In May, the Maryland Department of Natural Resources (DNR) and Virginia Marine Resources Commission (VMRC) released the results from the 2018 Blue Crab Winter Dredge Survey, an annual assessment of the Chesapeake Bay’s blue crab stock.
The survey indicates a bay-wide crab population of 371 million, a decrease from last year’s estimate of 455 million, driven largely by a decrease in the number of adult crabs.
Colder than average temperatures during the winter months resulted in higher than normal mortality for adult crabs, according to Maryland DNR.
In addition, very low juvenile abundance last year resulted in lower adult male and female abundance estimates for 2018.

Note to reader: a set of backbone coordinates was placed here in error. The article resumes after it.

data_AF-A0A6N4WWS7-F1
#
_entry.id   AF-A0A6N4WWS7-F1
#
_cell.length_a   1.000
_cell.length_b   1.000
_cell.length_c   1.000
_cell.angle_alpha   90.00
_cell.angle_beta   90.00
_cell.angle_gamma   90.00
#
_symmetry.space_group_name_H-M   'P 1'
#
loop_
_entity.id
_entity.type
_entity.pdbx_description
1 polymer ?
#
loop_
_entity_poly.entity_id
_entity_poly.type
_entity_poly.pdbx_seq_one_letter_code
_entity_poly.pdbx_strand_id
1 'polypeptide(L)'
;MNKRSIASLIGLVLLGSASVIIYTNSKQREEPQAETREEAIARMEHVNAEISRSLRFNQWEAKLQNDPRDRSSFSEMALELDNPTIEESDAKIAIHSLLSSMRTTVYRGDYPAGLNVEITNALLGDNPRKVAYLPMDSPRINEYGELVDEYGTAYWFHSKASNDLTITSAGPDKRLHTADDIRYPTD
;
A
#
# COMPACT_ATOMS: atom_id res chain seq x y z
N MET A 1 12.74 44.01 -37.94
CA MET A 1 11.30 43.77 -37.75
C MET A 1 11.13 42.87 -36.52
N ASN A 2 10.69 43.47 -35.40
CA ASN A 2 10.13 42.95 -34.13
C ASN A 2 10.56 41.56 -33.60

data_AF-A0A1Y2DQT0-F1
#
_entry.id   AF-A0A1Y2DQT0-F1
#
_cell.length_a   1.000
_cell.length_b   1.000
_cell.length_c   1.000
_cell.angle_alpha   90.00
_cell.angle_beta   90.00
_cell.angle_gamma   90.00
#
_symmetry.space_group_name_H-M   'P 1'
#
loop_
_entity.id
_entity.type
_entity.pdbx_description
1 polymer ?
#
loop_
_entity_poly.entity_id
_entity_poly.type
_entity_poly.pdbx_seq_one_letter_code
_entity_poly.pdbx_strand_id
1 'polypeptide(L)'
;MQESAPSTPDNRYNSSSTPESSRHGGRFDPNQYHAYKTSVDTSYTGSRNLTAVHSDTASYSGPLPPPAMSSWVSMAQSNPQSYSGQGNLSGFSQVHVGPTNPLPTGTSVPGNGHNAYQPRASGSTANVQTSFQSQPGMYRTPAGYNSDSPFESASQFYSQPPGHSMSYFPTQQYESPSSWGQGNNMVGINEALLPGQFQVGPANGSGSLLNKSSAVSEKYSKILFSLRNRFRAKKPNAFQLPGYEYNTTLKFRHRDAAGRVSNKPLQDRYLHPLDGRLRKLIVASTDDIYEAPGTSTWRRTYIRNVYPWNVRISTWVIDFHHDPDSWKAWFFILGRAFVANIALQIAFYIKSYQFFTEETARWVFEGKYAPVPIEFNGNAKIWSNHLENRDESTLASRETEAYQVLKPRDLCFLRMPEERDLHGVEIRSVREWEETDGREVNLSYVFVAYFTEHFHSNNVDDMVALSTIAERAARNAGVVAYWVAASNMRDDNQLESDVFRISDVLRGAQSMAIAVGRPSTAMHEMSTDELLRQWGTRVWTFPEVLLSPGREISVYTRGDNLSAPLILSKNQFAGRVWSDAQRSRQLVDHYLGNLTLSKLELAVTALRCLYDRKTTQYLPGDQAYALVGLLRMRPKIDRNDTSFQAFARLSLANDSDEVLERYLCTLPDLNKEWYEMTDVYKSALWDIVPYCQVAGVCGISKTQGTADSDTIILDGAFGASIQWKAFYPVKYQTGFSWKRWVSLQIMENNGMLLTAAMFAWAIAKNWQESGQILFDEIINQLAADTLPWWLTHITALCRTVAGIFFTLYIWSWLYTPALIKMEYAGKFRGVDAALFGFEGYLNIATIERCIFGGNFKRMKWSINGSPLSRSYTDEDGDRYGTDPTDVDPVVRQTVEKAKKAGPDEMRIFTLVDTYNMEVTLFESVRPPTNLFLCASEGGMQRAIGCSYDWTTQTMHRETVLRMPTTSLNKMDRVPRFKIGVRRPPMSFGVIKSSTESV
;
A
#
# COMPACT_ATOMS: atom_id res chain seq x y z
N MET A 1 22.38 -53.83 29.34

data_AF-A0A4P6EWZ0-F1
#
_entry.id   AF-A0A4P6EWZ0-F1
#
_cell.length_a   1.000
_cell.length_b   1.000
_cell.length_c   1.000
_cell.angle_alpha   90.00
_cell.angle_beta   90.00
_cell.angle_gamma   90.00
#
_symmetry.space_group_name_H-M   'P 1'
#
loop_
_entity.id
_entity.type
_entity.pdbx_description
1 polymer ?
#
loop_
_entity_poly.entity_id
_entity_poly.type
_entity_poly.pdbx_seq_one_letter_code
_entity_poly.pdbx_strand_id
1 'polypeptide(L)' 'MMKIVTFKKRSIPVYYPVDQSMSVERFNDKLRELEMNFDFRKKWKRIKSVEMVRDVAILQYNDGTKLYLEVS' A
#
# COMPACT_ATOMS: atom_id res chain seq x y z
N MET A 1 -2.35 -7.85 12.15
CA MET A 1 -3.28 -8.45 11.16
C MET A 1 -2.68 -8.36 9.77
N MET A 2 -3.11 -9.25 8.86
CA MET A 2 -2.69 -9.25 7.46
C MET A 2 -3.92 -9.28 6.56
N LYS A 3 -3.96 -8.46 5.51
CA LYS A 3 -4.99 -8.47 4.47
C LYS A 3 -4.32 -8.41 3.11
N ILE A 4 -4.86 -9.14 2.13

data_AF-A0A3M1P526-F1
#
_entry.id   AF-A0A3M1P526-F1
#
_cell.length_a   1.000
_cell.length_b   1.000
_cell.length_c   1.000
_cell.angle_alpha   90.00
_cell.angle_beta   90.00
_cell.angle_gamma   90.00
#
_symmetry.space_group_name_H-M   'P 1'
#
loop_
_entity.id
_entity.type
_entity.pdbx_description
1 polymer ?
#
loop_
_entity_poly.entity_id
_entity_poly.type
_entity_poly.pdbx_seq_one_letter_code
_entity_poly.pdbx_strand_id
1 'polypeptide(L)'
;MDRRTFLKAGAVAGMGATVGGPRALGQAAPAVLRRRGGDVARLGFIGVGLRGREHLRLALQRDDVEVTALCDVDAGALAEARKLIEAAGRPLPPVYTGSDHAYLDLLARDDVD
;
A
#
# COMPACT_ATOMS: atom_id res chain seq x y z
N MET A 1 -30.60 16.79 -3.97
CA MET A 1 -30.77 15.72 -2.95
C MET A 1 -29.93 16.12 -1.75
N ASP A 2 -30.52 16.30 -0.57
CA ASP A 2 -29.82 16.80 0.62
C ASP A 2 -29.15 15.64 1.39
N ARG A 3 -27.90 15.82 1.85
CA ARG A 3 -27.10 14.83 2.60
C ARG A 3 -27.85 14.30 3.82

The recent survey estimates a total adult male and female crab abundance of 206 million
In 2018, the spawning female stock decreased 42 percent from 254 to 147 million, dropping below the target level of 215 million, but remaining well above safe levels.
Despite winter mortality, this year’s adult female crab abundance remains among the 10 highest of the nearly three decade old survey.
Adult male crab abundance declined 23 percent from 76 to 59 million.
The juvenile crab population (2.4 inches or less in carapace width ) increased 34 percent over last year, reaching approximately 167 million.
The Chesapeake Bay Stock Assessment Committee plans to release a full analysis this summer.
The annual Winter Dredge Survey has been conducted by the Maryland Department of Natural Resources and Virginia Institute of Marine Science since 1990. In the survey, biologists use dredge equipment to capture, measure, record and release blue crabs at 1,500 sites throughout Chesapeake Bay from December through March
sources: Maryland Department of Natural Resources, Virginia Marine Resources Commission